Why opposing safer cycling is bad for candidates

The local elections on 5th May 2022 are rapidly approaching and campaigning is getting under way. As many Conservative candidates join the campaign trail, we explore why opposing safer cycling initiatives won’t be the key to success at the ballot box they’re hoping for.

1. Opposing cycle schemes loses votes

Analysis after the May 2021 elections concludes that candidates in London wards that supported cycling infrastructure saw an increase in support – whereas candidates that opposed the right for resident’s to cycle safely tended to fare more badly [1].

In five Ealing wards where LTNs had been created, campaigns against them by local Conservatives and Liberal Democrats led to a reduction in support for both parties in each of these wards.

Similarly in Kensington, the wards covering Kensington High Street, where a well-used new cycle lane was ripped weeks after it was installed, saw votes for Conservatives drop more than the local average. It was exactly the same story in Chiswick, where local Conservatives opposed the segregated cycle superhighway on Chiswick High Road.

2. Safe cycling schemes & Low Traffic Neighbourhoods are popular

Last year, polling in London showed just 16% of participants opposed Low Traffic Neighbourhoods (LTNs), whereas 47% supported them [2]. Most surprisingly it was found support for LTNs by car owners (49%) was even higher than for individuals who do not own a car (46%). However we should bear in mind though that many voters in urban areas do not have any access to a car, for instance just 26% of households in Islington have access to a car. [3]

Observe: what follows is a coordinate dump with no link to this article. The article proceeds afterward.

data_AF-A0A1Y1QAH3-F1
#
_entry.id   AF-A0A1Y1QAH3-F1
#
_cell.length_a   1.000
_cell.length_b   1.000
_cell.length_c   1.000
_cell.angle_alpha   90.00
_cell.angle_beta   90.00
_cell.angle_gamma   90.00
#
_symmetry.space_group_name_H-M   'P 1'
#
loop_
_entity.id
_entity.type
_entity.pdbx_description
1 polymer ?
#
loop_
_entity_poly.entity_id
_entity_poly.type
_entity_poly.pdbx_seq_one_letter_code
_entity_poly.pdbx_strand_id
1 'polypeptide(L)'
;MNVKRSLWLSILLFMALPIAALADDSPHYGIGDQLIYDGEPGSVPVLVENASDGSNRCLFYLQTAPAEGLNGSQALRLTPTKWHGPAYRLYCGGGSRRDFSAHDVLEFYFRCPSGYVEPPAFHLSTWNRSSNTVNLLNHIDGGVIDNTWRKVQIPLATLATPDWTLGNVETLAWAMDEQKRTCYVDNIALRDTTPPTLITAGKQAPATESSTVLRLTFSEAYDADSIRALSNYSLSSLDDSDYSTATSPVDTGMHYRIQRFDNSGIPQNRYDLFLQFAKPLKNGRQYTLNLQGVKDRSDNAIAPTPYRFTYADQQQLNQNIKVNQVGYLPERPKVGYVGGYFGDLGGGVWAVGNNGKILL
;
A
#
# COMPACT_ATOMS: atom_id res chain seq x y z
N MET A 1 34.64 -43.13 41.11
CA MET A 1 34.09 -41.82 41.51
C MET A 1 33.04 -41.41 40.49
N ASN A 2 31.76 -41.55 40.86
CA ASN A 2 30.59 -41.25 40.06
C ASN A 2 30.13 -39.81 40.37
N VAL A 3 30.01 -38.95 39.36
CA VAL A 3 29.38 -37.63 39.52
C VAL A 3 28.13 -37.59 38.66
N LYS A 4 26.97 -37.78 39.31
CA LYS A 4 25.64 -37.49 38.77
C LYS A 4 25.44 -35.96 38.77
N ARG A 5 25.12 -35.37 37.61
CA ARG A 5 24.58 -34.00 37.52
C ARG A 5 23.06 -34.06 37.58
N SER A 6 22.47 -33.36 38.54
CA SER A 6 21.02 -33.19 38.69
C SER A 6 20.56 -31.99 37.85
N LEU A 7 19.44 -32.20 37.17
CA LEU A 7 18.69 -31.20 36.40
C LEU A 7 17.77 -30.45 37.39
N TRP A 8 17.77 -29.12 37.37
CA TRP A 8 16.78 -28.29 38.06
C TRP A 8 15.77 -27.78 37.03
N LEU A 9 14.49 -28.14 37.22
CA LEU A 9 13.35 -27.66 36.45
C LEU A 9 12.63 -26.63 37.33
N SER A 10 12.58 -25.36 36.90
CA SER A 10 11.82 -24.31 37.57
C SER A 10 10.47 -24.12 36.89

YouGov found in late 2020 that three times more people had positive views of LTNs than negative views. They also found more than half of those asked supported UK government schemes, including new cycle lanes, to encourage people to cycle and walk more (56%), while a fifth opposed them (19%) and only a tenth strongly opposed them (10%) [4].

Research in Walton Forest found introducing LTNs led to a 10% decrease in street crime and this increased to 18% over 3 years – something that perfectly resonates with conservative values [5].

We must not fall into the trap of listening to the loudest voices in our party – or myths perpetuated by angry groups on Twitter – as reasons for scrapping or never implementing schemes that are popular with the majority of voters. 

3. Be constructive when there’s badly implemented schemes 

Wholly negative campaigns focused primarily on opposing cycling infrastructure & LTNs, are off-putting to many voters and are often an over-reaction to a few instances of poorly implemented schemes. Consider whether schemes could be improved with the valuable feedback from residents, instead of just resorting to completely ripping out schemes or opposing all future ones. Some poorly implemented schemes could quickly become a success with minor changes. This article based on a survey from a range of individuals impacted by LTNs, provides 10 excellent suggestions to ensure LTNs are a success.